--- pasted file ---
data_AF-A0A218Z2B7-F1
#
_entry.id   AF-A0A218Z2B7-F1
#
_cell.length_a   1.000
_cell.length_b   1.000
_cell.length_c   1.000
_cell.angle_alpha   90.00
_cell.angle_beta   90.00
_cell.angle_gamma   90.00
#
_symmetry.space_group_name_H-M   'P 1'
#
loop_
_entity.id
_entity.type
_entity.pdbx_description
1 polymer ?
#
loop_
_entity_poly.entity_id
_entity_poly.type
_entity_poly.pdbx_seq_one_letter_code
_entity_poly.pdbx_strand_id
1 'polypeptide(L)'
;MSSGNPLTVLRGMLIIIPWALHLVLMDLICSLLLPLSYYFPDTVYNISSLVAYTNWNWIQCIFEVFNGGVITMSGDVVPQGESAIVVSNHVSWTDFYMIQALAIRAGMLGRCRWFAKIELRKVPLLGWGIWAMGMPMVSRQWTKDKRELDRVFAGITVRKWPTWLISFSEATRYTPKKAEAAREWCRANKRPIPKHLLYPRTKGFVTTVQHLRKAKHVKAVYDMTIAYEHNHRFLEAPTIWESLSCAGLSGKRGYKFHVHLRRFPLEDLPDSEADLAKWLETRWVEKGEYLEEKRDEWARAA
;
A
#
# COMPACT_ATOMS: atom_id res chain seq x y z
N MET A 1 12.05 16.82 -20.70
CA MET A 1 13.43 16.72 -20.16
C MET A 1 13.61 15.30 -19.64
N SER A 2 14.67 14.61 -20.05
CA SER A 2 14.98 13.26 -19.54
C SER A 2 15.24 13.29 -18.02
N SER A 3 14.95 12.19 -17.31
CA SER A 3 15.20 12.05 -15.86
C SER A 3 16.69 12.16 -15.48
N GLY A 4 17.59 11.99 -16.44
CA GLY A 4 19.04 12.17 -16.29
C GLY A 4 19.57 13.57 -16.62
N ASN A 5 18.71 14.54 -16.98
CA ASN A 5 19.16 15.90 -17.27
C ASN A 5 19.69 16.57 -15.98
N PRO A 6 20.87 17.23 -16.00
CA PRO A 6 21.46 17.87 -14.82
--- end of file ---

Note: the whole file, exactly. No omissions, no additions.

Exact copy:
data_AF-A0A218Z2B7-F1
#
_entry.id   AF-A0A218Z2B7-F1
#
_cell.length_a   1.000
_cell.length_b   1.000
_cell.length_c   1.000
_cell.angle_alpha   90.00
_cell.angle_beta   90.00
_cell.angle_gamma   90.00
#
_symmetry.space_group_name_H-M   'P 1'
#
loop_
_entity.id
_entity.type
_entity.pdbx_description
1 polymer ?
#
loop_
_entity_poly.entity_id
_entity_poly.type
_entity_poly.pdbx_seq_one_letter_code
_entity_poly.pdbx_strand_id
1 'polypeptide(L)'
;MSSGNPLTVLRGMLIIIPWALHLVLMDLICSLLLPLSYYFPDTVYNISSLVAYTNWNWIQCIFEVFNGGVITMSGDVVPQGESAIVVSNHVSWTDFYMIQALAIRAGMLGRCRWFAKIELRKVPLLGWGIWAMGMPMVSRQWTKDKRELDRVFAGITVRKWPTWLISFSEATRYTPKKAEAAREWCRANKRPIPKHLLYPRTKGFVTTVQHLRKAKHVKAVYDMTIAYEHNHRFLEAPTIWESLSCAGLSGKRGYKFHVHLRRFPLEDLPDSEADLAKWLETRWVEKGEYLEEKRDEWARAA
;
A
#
# COMPACT_ATOMS: atom_id res chain seq x y z
N MET A 1 12.05 16.82 -20.70
CA MET A 1 13.43 16.72 -20.16
C MET A 1 13.61 15.30 -19.64
N SER A 2 14.67 14.61 -20.05
CA SER A 2 14.98 13.26 -19.54
C SER A 2 15.24 13.29 -18.02
N SER A 3 14.95 12.19 -17.31
CA SER A 3 15.20 12.05 -15.86
C SER A 3 16.69 12.16 -15.48
N GLY A 4 17.59 11.99 -16.44
CA GLY A 4 19.04 12.17 -16.29
C GLY A 4 19.57 13.57 -16.62
N ASN A 5 18.71 14.54 -16.98
CA ASN A 5 19.16 15.90 -17.27
C ASN A 5 19.69 16.57 -15.98
N PRO A 6 20.87 17.23 -16.00
CA PRO A 6 21.46 17.87 -14.82